EE.M.7.9 Solve multi-step real-life and mathematical problems posed with positive and negative rational numbers in any form (whole numbers, fractions, and decimals), using tools strategically. Apply properties of operations to calculate with numbers in any form; convert between forms as appropriate; and assess the reasonableness of answers using mental computation and estimation strategies. (e.g., If a woman making $25 an hour gets a 10% raise, she will make an additional 1/10 of her salary an hour, or $2.50, for a new salary of $27.50. If you want to place a towel bar 9 3/4 inches long in the center of a door that is 27 1/2 inches wide, you will need to place the bar about 9 inches from each edge; this estimate can be used as a check on the exact computation.)
EE.M.7.10 Use variables to represent quantities in a real-world or mathematical problem and construct simple equations and inequalities to solve problems by reasoning about the quantities.
EE.M.7.10.a Solve word problems leading to equations of the form px + q = r and p(x + q) = r, where p, q, and r are specific rational numbers. Solve equations of these forms fluently. Compare an algebraic solution to an arithmetic solution, identifying the sequence of the operations used in each approach. (e.g., The perimeter of a rectangle is 54 cm. Its length is 6 cm. What is its width? An arithmetic solution similar to "54 – 6 – 6 divided by 2" may be compared with the reasoning involved in solving the equation 2w – 12 = 54. An arithmetic solution similar to "54/2 – 6" may be compared with the reasoning involved in solving the equation 2(w – 6) = 54.)
EE.M.7.10.b Solve word problems leading to inequalities of the form px + q > r or px + q < r, where p, q, and r are specific rational numbers. Graph the solution set of the inequality and interpret it in the context of the problem. (e.g., As a salesperson, you are paid $50 per week plus $3 per sale. This week you want your pay to be at least $100. Write an inequality for the number of sales you need to make, and describe the solutions.)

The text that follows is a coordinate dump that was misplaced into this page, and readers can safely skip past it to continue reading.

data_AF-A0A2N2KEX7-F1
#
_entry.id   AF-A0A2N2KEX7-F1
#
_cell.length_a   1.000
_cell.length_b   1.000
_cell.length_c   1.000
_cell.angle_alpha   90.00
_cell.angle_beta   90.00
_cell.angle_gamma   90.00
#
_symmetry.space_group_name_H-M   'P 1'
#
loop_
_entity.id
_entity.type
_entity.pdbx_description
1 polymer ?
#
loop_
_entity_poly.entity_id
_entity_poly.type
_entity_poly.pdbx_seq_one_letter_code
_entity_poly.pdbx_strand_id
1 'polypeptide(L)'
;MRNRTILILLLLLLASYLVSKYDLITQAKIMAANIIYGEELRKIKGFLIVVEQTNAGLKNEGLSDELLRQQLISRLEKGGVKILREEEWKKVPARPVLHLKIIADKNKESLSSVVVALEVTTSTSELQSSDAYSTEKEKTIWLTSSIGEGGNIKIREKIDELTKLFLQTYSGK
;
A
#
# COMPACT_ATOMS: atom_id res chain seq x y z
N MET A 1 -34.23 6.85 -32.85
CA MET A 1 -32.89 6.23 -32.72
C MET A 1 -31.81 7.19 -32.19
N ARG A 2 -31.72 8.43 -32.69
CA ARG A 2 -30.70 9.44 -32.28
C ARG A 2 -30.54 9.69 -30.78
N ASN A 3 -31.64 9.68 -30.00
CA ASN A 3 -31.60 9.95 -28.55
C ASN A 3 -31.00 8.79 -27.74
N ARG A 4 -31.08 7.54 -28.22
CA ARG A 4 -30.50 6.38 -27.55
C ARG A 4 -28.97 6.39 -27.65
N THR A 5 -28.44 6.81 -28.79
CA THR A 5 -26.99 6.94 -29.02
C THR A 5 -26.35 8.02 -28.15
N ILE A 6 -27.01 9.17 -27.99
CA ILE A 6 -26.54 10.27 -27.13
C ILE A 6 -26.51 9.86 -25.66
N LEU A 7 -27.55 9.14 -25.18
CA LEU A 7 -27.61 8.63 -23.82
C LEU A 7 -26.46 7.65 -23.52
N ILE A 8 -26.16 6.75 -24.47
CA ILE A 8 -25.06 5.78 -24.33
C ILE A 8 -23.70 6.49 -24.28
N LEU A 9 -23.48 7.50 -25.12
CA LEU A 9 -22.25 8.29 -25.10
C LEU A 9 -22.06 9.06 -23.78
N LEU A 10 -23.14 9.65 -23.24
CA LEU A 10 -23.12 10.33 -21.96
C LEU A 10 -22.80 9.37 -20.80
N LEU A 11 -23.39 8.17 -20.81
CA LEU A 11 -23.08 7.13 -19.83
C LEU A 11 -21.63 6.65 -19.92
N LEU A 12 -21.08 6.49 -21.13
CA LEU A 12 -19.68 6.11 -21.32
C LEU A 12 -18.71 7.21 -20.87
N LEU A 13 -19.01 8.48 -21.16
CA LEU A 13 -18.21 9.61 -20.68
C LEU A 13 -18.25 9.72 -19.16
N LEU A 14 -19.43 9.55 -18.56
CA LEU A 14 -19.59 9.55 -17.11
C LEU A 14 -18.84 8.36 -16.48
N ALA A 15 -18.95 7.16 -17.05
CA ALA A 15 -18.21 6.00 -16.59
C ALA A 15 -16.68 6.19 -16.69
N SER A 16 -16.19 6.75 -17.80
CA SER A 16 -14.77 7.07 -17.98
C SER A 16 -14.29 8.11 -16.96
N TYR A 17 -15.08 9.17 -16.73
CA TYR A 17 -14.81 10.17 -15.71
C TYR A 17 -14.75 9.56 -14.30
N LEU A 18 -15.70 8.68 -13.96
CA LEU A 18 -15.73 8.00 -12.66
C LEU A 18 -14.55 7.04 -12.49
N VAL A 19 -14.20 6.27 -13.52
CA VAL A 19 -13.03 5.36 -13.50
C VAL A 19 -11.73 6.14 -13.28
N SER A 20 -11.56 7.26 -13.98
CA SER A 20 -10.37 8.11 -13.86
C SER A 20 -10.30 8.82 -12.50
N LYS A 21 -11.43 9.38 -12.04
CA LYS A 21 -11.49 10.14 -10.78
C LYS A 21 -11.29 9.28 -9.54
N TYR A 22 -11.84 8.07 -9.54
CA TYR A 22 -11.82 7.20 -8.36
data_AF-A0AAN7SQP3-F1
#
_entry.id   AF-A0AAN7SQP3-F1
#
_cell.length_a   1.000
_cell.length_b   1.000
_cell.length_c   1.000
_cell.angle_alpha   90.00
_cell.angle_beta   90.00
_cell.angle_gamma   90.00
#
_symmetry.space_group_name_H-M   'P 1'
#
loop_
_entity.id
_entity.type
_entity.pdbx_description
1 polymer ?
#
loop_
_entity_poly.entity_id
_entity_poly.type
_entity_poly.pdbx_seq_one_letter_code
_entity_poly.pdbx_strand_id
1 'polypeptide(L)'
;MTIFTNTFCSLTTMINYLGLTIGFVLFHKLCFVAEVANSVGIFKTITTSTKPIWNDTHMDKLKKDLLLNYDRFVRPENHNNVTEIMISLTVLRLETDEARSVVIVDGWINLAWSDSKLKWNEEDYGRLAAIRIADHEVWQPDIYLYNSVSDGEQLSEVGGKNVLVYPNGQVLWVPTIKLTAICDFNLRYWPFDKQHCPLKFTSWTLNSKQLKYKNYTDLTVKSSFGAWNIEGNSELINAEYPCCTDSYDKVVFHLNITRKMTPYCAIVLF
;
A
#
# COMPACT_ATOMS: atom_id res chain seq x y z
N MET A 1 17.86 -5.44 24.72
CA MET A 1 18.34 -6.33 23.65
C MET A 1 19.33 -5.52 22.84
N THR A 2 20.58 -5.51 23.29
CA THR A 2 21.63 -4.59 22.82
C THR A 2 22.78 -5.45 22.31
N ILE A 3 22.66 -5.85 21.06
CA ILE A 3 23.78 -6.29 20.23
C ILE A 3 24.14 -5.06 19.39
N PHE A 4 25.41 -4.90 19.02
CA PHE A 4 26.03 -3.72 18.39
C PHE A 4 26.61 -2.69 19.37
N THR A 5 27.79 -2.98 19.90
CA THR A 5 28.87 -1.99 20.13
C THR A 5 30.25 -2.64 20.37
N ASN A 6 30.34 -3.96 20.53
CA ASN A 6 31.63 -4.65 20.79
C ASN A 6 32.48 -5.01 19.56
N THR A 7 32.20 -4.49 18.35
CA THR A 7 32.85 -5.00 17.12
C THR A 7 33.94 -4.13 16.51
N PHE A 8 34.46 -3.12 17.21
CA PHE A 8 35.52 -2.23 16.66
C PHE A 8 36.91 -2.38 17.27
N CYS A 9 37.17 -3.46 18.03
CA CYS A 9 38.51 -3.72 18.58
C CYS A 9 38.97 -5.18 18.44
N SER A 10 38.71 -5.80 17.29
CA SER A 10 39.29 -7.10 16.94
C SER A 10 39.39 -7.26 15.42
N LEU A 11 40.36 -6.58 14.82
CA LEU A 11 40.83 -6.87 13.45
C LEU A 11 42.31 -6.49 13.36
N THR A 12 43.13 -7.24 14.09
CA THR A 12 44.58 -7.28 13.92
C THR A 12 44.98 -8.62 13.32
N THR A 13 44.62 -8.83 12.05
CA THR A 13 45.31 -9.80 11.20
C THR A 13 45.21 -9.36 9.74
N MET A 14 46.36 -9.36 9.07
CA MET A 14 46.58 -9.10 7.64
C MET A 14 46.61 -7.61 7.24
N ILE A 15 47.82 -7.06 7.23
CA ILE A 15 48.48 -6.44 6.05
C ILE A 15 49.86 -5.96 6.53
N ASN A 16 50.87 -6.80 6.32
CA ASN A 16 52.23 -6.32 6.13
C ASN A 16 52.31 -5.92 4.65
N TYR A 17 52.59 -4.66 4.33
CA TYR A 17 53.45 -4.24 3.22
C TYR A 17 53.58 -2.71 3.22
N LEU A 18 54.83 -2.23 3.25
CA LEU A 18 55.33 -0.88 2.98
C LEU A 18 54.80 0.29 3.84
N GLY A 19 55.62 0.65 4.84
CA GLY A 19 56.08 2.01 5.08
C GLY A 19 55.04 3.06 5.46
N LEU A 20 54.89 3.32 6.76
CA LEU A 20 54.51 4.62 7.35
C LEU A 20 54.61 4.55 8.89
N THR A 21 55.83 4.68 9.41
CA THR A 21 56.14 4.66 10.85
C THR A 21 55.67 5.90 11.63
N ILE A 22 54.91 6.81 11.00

G.M.7.12 Draw (freehand, with ruler and protractor, and with technology) geometric shapes with given conditions. Focus on constructing triangles from three measures of angles or sides, noticing when the conditions determine a unique triangle, more than one triangle, or no triangle.
G.M.7.13 Describe the two-dimensional figures that result from slicing three-dimensional figures, as in plane sections of right rectangular prisms and right rectangular pyramids.
G.M.7.16 Solve real-world and mathematical problems involving area, volume and surface area of two- and three-dimensional objects composed of triangles, quadrilaterals, polygons, cubes, and right prisms.
Use random sampling to draw inferences about a population.
SP.M.7.17 Understand that statistics can be used to gain information about a population by examining a sample of the population; generalizations about a population from a sample are valid only if the sample is representative of that population. Understand that random sampling tends to produce representative samples and support valid inferences.
SP.M.7.18 Use data from a random sample to draw inferences about a population with an unknown characteristic of interest. Generate multiple samples (or simulated samples) of the same size to gauge the variation in estimates or predictions. (e.g., Estimate the mean word length in a book by randomly sampling words from the book; predict the winner of a school election based on randomly sampled survey data. Gauge how far off the estimate or prediction might be.)
Draw informal comparative inferences about two populations.